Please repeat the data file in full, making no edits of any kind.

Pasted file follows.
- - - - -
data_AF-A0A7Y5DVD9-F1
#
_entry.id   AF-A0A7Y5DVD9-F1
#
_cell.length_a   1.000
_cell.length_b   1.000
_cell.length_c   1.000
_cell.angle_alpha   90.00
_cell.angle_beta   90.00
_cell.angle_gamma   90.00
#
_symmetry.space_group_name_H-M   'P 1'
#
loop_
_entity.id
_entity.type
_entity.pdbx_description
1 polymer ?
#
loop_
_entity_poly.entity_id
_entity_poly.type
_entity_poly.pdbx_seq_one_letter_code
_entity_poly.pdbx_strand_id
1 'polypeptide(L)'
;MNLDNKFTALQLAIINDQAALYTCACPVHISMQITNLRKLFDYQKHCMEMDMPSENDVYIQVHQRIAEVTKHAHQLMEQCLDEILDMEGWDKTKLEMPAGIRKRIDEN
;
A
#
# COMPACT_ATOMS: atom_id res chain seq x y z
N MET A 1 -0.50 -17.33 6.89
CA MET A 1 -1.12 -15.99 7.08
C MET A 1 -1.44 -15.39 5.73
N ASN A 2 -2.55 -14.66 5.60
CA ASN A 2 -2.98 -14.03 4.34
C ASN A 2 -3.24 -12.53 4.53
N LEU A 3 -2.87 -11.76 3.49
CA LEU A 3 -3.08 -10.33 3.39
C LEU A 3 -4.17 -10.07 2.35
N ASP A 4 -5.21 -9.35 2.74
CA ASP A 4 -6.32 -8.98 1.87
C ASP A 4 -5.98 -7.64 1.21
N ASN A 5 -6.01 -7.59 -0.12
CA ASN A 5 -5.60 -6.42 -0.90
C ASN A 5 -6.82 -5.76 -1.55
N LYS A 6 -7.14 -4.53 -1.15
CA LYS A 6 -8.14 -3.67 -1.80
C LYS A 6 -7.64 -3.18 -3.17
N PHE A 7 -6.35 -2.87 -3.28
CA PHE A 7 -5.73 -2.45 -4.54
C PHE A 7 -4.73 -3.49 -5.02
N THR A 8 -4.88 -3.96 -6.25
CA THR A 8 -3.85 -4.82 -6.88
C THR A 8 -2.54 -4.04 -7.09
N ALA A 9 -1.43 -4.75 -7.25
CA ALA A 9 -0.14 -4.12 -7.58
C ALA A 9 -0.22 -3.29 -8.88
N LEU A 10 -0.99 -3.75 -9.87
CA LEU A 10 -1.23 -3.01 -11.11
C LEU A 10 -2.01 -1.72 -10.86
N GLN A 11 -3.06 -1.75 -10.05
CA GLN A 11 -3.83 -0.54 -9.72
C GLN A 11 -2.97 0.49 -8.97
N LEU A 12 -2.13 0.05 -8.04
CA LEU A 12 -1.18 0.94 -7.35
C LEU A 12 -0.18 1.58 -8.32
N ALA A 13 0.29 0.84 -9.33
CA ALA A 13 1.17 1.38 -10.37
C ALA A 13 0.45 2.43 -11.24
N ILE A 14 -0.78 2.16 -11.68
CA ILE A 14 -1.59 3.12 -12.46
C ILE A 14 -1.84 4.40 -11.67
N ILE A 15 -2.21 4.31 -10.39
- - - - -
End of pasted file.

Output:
data_AF-A0A7Y5DVD9-F1
#
_entry.id   AF-A0A7Y5DVD9-F1
#
_cell.length_a   1.000
_cell.length_b   1.000
_cell.length_c   1.000
_cell.angle_alpha   90.00
_cell.angle_beta   90.00
_cell.angle_gamma   90.00
#
_symmetry.space_group_name_H-M   'P 1'
#
loop_
_entity.id
_entity.type
_entity.pdbx_description
1 polymer ?
#
loop_
_entity_poly.entity_id
_entity_poly.type
_entity_poly.pdbx_seq_one_letter_code
_entity_poly.pdbx_strand_id
1 'polypeptide(L)'
;MNLDNKFTALQLAIINDQAALYTCACPVHISMQITNLRKLFDYQKHCMEMDMPSENDVYIQVHQRIAEVTKHAHQLMEQCLDEILDMEGWDKTKLEMPAGIRKRIDEN
;
A
#
# COMPACT_ATOMS: atom_id res chain seq x y z
N MET A 1 -0.50 -17.33 6.89
CA MET A 1 -1.12 -15.99 7.08
C MET A 1 -1.44 -15.39 5.73
N ASN A 2 -2.55 -14.66 5.60
CA ASN A 2 -2.98 -14.03 4.34
C ASN A 2 -3.24 -12.53 4.53
N LEU A 3 -2.87 -11.76 3.49
CA LEU A 3 -3.08 -10.33 3.39
C LEU A 3 -4.17 -10.07 2.35
N ASP A 4 -5.21 -9.35 2.74
CA ASP A 4 -6.32 -8.98 1.87
C ASP A 4 -5.98 -7.64 1.21
N ASN A 5 -6.01 -7.59 -0.12
CA ASN A 5 -5.60 -6.42 -0.90
C ASN A 5 -6.82 -5.76 -1.55
N LYS A 6 -7.14 -4.53 -1.15
CA LYS A 6 -8.14 -3.67 -1.80
C LYS A 6 -7.64 -3.18 -3.17
N PHE A 7 -6.35 -2.87 -3.28
CA PHE A 7 -5.73 -2.45 -4.54
C PHE A 7 -4.73 -3.49 -5.02
N THR A 8 -4.88 -3.96 -6.25
CA THR A 8 -3.85 -4.82 -6.88
C THR A 8 -2.54 -4.04 -7.09
N ALA A 9 -1.43 -4.75 -7.25
CA ALA A 9 -0.14 -4.12 -7.58
C ALA A 9 -0.22 -3.29 -8.88
N LEU A 10 -0.99 -3.75 -9.87
CA LEU A 10 -1.23 -3.01 -11.11
C LEU A 10 -2.01 -1.72 -10.86
N GLN A 11 -3.06 -1.75 -10.05
CA GLN A 11 -3.83 -0.54 -9.72
C GLN A 11 -2.97 0.49 -8.97
N LEU A 12 -2.13 0.05 -8.04
CA LEU A 12 -1.18 0.94 -7.35
C LEU A 12 -0.18 1.58 -8.32
N ALA A 13 0.29 0.84 -9.33
CA ALA A 13 1.17 1.38 -10.37
C ALA A 13 0.45 2.43 -11.24
N ILE A 14 -0.78 2.16 -11.68
CA ILE A 14 -1.59 3.12 -12.46
C ILE A 14 -1.84 4.40 -11.67
N ILE A 15 -2.21 4.31 -10.39